Tie a barrel swivel followed by two feet of leader. Add a bait hook and a worm or power bait. A couple of feet above the swivel is a good spot to add the bobber. Once it’s on, you’re ready to cast and wait.

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Drop-Shot Rig

The old standby drop-shot is one of the best rigs out there. Rig this up to cover any submerged structures. Docks, sunken trees, old Fords people misplaced, anything hiding under the water can be explored with a drop-shot rig.

Rig this with a soft plastic minnow and lightly jig it. Some fish respond like you just offered them some perfectly cooked fillet.

The setup is pretty simple. Tie a sinker to the line. Using a Palomar knot, tie a hook between two to four feet above the weight. Hook the bait through the nose, and you’re ready to catch fish. If you’re on a boat, use your finder to locate structure to target. Jig the bait slightly, and you’re in business.

I prefer to set this up with a barrel snap-swivel a foot up from the hook and a quick-change style weight so I can swap weights out on the go.

Flicker Rig

The flicker is another great rig for searching around submerged trees and other structure. The use of a super bright float keeps the bait out of reach of the obstructions so you don’t get snagged. It’s a great way to explore the lake or river without having to spend too much time in any one spot.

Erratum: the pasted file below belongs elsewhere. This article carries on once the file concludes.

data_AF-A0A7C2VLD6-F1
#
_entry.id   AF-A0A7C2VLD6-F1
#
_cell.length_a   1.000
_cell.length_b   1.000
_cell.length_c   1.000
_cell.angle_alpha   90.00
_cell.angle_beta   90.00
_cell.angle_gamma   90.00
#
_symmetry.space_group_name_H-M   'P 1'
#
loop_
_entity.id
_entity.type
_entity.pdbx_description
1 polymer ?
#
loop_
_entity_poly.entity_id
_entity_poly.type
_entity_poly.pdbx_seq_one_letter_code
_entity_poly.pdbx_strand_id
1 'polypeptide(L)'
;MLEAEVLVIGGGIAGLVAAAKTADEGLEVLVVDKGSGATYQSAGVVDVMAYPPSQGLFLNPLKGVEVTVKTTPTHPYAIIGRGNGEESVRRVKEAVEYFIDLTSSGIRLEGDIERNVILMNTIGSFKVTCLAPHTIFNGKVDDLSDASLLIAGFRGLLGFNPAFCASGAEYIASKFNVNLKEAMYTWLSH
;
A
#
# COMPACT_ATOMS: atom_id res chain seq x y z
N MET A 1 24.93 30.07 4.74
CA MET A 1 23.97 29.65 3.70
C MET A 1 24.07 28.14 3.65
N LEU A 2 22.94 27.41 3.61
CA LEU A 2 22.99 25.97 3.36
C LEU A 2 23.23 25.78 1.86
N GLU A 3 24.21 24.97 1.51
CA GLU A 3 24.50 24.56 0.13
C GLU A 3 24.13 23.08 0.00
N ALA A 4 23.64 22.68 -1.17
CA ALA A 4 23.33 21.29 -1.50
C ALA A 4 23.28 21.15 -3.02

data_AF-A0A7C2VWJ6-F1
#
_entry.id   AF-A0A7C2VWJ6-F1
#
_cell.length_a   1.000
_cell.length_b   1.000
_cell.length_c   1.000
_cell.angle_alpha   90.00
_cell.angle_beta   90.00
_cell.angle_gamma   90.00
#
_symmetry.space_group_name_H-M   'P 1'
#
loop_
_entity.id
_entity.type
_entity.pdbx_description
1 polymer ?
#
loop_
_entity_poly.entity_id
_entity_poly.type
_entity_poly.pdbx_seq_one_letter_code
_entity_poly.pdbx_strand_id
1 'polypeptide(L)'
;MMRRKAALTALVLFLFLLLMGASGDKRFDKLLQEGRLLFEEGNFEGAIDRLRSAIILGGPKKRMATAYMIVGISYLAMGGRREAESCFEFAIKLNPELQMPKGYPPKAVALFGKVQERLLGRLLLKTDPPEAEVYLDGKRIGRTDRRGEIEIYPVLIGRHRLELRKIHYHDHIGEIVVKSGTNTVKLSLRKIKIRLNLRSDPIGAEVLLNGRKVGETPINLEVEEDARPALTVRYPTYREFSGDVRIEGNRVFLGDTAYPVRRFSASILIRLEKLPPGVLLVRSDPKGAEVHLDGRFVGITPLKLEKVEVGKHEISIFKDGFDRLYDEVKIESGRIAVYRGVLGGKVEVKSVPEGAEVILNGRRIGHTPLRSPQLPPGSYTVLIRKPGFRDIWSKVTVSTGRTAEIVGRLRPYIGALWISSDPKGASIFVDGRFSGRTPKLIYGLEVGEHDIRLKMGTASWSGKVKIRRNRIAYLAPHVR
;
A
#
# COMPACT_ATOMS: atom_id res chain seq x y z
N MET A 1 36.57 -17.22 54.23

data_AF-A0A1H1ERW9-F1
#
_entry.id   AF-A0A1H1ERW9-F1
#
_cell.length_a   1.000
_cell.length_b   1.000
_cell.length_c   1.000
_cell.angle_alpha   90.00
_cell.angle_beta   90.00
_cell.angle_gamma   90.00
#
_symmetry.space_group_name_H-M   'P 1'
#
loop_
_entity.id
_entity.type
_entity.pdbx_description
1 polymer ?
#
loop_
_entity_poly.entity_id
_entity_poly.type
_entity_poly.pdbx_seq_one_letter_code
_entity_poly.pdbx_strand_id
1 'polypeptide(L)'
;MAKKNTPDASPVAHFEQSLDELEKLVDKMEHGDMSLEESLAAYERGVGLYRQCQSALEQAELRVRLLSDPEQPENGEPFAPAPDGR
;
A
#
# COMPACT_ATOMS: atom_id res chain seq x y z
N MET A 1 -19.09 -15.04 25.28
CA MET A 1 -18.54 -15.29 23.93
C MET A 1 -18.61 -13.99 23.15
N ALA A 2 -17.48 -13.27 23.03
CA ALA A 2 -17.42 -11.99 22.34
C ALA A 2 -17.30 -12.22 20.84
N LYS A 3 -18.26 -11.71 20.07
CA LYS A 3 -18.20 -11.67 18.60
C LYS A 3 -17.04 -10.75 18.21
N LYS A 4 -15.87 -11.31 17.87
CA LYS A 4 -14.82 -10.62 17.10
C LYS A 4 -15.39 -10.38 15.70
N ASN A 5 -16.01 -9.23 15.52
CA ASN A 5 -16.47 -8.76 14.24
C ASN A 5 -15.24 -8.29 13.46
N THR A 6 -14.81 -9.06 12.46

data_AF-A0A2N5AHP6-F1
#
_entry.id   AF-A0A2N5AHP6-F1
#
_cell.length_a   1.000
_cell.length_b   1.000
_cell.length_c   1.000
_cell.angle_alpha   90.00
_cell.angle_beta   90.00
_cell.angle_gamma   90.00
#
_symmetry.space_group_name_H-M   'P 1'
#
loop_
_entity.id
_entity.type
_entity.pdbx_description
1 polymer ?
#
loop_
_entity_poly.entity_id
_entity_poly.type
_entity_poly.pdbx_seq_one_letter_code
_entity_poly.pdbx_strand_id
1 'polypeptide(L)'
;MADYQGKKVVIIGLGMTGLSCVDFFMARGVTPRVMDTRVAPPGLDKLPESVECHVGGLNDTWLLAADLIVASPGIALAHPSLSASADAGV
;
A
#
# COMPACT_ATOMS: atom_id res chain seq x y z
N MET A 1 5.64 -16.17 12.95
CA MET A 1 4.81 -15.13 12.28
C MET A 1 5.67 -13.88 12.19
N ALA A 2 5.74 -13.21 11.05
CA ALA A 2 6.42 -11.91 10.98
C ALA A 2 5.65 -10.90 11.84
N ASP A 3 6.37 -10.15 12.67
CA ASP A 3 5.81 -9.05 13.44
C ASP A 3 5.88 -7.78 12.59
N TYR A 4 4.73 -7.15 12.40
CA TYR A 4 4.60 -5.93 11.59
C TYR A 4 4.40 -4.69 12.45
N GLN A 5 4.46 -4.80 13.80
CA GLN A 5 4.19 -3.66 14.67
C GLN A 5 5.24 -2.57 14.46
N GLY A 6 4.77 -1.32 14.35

Rigging this is a little bit more complex than the drop-shot, though it works well when dealing with more rocky bottoms. Start with a weight. I like to use an egg weight, though you can choose between an egg, coin, or a bullet weight. Run the main line through it and secure it to a barrel swivel. Connect about three feet of lighter leader to the swivel and connect a brightly colored float about a foot from the end. Use the type that comes with the hooks you can press down on to grab the line and hold it in place.

The last piece is the most important. Add a few bright red beads, then a spinner blade (along with a clevis to help the spin), and a 2/0 bait hook. Now bait that bad boy up and chuck it out there. You’re in for some fun.

Jig And Bait

The jig and bait is as simple as it sounds. To rig this, tie on a jig, then add bait. That’s it, and you’re ready to fish.

The beauty of this simple little rig is that it will catch almost any species and in nearly every condition. You can vary your retrieve, let it bounce on the bottom, use the “jigging” method of lifting and dropping, or “swim” it back to you. However you retrieve it, you’re likely to catch something.

I like to put a live minnow on a jig. My go-to is usually a maribou jig with the hook through the minnow’s lips. Mackinaw slam this rig so hard that I’ve almost lost my rod over the side of the boat before.